Post-Event Report

NextGen Omics UK 2020 – Post Event Report

01 November 2021
The NextGen Omics UK Series 2020 is one of Oxford Global's most popular events and saw another year of pioneering research in genomics.

This year, our NextGen Omics UK 2020 event series featured four interactive programmes: 12th Annual Next Generation Sequencing Congress, 8th Annual Single Cell Analysis Congress, 6th Annual Genome Editing Congress and 2nd Annual Digital Congress. 2020 marked the first time these events have gone virtual, with a revamped programme featuring the latest developments in the genomics field. NextGen Omics UK 2020 bought together over 1000 industry experts representing internationally renowned academic & research institutions, clinical research institutions, healthcare organisations as well as leading pharmaceutical and biotech companies. 

We had the privilege to welcome some of the key leaders of genomics last year, including Jadwiga Bienkowska (Senior Director and Head of Computational Biology at Pfizer), Yann Abraham (Computational Immunologist Janssen), Akos Végvári (Project Manager, Karolinska Institute), Roberto Nitsch (Associate Director – CRISPR Safety, AstraZeneca), Mike Makrigiorgos (Professor and Director – Medical Physics and Biophysics, Dana-Farber Cancer Institute), Massimo Delledonne (Professor of Biotechnology, University of Verona), Patrick Descombes (Head of Genomics, Nestle Institute of Food Safety Analytical Sciences) and Ed Oakeley (Associate Director of Genomics, Novartis).   

Key Topics 

NextGen Omics UK took place between 04 – 06 November last year and was split into four main tracks.  

12th Annual Next Generation Sequencing & Clinical Diagnostics Congress  

This year’s event featured a brand new, revamped programme. Topics included key developments in delivering genomic-based medicine and NGS (Next Generation Sequencing) bioinformatics. This year the event was extended to cover microbiome methodologies and long and short-read sequencing. In addition, a roundtable discussion on ‘Managing Expectations in Bioinformatic Data Communication’ drew the attention of many of our attendees. The discussion covered data analysis in practice and communicating the data and concepts of data to other people. The event also features two open panels on Covid-19 where attendees could share their opinions about its effect on the epigenome and whether scRNA-seq could aid in developing a vaccine.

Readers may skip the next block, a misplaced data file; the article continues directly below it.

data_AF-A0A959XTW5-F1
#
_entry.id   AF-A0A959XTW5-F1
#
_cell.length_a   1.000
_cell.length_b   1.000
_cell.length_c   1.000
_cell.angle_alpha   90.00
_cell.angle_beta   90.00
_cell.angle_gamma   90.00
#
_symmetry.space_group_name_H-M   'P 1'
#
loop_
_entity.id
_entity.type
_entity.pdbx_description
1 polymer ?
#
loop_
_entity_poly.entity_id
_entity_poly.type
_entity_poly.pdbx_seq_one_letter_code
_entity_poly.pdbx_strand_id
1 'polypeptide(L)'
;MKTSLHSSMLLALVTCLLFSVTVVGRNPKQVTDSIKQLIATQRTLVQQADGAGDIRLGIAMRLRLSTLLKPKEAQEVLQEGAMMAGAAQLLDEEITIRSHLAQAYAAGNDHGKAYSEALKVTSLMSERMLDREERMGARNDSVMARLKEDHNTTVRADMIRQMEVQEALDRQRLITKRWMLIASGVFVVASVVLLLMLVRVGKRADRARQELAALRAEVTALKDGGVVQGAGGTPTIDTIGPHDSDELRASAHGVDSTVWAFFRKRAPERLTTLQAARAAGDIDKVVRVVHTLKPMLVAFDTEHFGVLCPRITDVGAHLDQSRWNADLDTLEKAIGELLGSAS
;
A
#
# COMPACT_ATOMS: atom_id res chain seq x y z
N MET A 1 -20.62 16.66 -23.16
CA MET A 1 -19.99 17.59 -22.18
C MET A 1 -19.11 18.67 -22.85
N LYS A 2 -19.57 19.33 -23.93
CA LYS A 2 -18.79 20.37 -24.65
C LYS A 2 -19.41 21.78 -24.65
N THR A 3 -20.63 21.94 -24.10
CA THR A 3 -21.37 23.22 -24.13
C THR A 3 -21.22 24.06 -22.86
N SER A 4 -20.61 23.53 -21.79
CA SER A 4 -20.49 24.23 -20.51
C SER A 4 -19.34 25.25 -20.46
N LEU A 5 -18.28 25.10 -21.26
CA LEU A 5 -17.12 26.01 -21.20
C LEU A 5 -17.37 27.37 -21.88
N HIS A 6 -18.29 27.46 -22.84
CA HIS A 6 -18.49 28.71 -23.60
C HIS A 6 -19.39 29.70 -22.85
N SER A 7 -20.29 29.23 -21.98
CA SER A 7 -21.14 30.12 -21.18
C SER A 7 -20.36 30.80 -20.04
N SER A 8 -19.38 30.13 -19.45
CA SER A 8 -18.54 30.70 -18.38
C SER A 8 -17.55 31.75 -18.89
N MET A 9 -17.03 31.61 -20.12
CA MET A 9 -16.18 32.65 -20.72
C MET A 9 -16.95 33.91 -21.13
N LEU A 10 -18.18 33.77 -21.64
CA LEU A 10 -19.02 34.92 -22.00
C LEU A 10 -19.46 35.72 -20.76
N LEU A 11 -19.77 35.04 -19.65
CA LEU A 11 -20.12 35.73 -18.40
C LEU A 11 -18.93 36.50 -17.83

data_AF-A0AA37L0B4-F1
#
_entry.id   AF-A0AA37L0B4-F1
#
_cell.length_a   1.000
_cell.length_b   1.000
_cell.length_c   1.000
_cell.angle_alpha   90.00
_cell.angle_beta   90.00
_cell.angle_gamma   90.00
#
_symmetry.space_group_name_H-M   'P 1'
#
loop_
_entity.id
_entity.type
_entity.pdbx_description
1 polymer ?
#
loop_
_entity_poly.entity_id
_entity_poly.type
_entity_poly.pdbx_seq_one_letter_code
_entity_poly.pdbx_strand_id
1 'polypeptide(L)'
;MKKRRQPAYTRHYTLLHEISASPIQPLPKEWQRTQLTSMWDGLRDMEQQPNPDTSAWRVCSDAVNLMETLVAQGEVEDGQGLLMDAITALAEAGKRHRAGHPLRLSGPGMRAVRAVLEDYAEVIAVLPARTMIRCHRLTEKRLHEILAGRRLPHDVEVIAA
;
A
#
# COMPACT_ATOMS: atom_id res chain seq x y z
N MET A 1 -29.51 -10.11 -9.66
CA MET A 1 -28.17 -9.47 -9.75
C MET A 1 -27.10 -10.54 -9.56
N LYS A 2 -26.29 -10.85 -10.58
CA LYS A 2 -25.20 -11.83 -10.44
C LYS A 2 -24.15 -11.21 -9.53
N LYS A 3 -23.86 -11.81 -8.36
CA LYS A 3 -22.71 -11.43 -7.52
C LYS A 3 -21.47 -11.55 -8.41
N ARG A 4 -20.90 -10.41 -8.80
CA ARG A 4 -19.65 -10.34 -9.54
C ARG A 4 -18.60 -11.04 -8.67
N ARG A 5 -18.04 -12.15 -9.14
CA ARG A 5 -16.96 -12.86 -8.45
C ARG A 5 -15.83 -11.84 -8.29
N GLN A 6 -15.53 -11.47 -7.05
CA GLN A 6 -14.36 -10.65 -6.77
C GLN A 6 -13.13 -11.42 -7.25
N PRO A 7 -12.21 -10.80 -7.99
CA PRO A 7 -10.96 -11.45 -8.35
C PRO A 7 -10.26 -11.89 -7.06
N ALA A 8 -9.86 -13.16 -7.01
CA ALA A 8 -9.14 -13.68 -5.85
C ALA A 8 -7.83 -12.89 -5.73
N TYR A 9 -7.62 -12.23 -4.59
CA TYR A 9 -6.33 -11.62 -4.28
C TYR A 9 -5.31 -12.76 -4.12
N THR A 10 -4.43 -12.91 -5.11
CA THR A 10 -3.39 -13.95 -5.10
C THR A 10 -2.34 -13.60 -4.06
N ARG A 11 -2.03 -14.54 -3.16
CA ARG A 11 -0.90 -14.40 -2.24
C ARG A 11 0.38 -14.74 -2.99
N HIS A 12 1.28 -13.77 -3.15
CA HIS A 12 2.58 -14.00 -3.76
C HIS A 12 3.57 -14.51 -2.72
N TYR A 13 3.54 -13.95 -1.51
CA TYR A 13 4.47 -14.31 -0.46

8th Annual Single Cell Analysis Congress 

This comprehensive programme delved deep into spatial transcriptomics, genomics, spatial profiling, emerging single-cell analysis tools and clinical applications. In addition, the event covered single-cell analysis in drug discovery & development, focusing on how single cells can help inform various stages of the drug discovery and development pipeline. Interactive sessions included three panel discussions: ‘Single Cell Proteomics in 2020’, ‘Addressing Different Spatial Omics Techniques’ and ‘Single Cell Analysis for Drug Discovery – Applications & Challenges’.  

6th Annual Genome Editing Congress  

Returning for a sixth year, our Genome Editing Congress supplied the latest insights and success stories in genome editing tools and technologies, as well as therapeutic genome editing. The event looked at translating cell & gene therapies in the clinic, emphasising developing genome editing technologies sufficient for clinical applications. The conference featured two panel discussions; ‘Bridging the Gap: Bringing Cell and Gene Therapies to the Clinic’ and ‘Beyond Cas-9 – Utilising New CRISPR Systems’.  

2nd Annual Digital PCR Congress